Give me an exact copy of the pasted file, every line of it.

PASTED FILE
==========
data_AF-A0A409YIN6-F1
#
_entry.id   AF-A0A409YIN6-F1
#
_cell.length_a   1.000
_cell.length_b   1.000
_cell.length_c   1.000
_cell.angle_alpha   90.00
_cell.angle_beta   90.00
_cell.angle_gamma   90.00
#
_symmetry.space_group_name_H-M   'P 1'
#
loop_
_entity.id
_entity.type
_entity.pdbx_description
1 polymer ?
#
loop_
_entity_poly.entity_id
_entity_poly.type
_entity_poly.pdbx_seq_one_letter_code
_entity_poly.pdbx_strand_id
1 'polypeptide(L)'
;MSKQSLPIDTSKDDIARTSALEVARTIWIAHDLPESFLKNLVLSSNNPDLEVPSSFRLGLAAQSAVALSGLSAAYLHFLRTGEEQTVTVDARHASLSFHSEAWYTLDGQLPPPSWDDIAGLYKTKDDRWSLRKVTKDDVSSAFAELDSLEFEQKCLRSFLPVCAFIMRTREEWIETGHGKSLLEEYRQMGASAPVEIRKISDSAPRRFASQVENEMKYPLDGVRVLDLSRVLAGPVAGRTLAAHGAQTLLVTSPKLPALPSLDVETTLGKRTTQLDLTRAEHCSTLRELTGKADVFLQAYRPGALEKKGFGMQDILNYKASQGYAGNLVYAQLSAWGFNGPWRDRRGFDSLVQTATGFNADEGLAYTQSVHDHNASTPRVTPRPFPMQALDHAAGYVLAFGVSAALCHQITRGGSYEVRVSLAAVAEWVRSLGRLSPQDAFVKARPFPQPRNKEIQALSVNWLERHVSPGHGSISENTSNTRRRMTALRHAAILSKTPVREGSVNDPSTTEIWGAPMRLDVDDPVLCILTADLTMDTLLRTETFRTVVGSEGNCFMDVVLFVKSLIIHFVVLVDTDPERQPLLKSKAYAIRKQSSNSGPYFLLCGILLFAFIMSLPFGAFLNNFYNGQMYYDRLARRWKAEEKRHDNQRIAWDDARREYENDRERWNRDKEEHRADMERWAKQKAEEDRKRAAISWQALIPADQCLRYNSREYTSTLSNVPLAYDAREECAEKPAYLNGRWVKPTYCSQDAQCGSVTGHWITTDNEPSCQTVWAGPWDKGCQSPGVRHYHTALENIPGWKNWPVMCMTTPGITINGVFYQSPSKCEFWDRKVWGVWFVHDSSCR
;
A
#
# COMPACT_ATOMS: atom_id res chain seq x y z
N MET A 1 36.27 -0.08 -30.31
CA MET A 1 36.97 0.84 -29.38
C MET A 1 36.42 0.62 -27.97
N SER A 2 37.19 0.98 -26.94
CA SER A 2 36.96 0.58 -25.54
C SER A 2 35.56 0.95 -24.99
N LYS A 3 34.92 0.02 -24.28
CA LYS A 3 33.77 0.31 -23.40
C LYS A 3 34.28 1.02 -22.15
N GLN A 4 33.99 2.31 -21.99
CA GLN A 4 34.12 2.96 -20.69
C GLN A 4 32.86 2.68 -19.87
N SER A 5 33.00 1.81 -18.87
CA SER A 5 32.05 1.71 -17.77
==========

data_AF-A0A409YIN6-F1
#
_entry.id   AF-A0A409YIN6-F1
#
_cell.length_a   1.000
_cell.length_b   1.000
_cell.length_c   1.000
_cell.angle_alpha   90.00
_cell.angle_beta   90.00
_cell.angle_gamma   90.00
#
_symmetry.space_group_name_H-M   'P 1'
#
loop_
_entity.id
_entity.type
_entity.pdbx_description
1 polymer ?
#
loop_
_entity_poly.entity_id
_entity_poly.type
_entity_poly.pdbx_seq_one_letter_code
_entity_poly.pdbx_strand_id
1 'polypeptide(L)'
;MSKQSLPIDTSKDDIARTSALEVARTIWIAHDLPESFLKNLVLSSNNPDLEVPSSFRLGLAAQSAVALSGLSAAYLHFLRTGEEQTVTVDARHASLSFHSEAWYTLDGQLPPPSWDDIAGLYKTKDDRWSLRKVTKDDVSSAFAELDSLEFEQKCLRSFLPVCAFIMRTREEWIETGHGKSLLEEYRQMGASAPVEIRKISDSAPRRFASQVENEMKYPLDGVRVLDLSRVLAGPVAGRTLAAHGAQTLLVTSPKLPALPSLDVETTLGKRTTQLDLTRAEHCSTLRELTGKADVFLQAYRPGALEKKGFGMQDILNYKASQGYAGNLVYAQLSAWGFNGPWRDRRGFDSLVQTATGFNADEGLAYTQSVHDHNASTPRVTPRPFPMQALDHAAGYVLAFGVSAALCHQITRGGSYEVRVSLAAVAEWVRSLGRLSPQDAFVKARPFPQPRNKEIQALSVNWLERHVSPGHGSISENTSNTRRRMTALRHAAILSKTPVREGSVNDPSTTEIWGAPMRLDVDDPVLCILTADLTMDTLLRTETFRTVVGSEGNCFMDVVLFVKSLIIHFVVLVDTDPERQPLLKSKAYAIRKQSSNSGPYFLLCGILLFAFIMSLPFGAFLNNFYNGQMYYDRLARRWKAEEKRHDNQRIAWDDARREYENDRERWNRDKEEHRADMERWAKQKAEEDRKRAAISWQALIPADQCLRYNSREYTSTLSNVPLAYDAREECAEKPAYLNGRWVKPTYCSQDAQCGSVTGHWITTDNEPSCQTVWAGPWDKGCQSPGVRHYHTALENIPGWKNWPVMCMTTPGITINGVFYQSPSKCEFWDRKVWGVWFVHDSSCR
;
A
#
# COMPACT_ATOMS: atom_id res chain seq x y z
N MET A 1 36.27 -0.08 -30.31
CA MET A 1 36.97 0.84 -29.38
C MET A 1 36.42 0.62 -27.97
N SER A 2 37.19 0.98 -26.94
CA SER A 2 36.96 0.58 -25.54
C SER A 2 35.56 0.95 -24.99
N LYS A 3 34.92 0.02 -24.28
CA LYS A 3 33.77 0.31 -23.40
C LYS A 3 34.28 1.02 -22.15
N GLN A 4 33.99 2.31 -21.99
CA GLN A 4 34.12 2.96 -20.69
C GLN A 4 32.86 2.68 -19.87
N SER A 5 33.00 1.81 -18.87
CA SER A 5 32.05 1.71 -17.77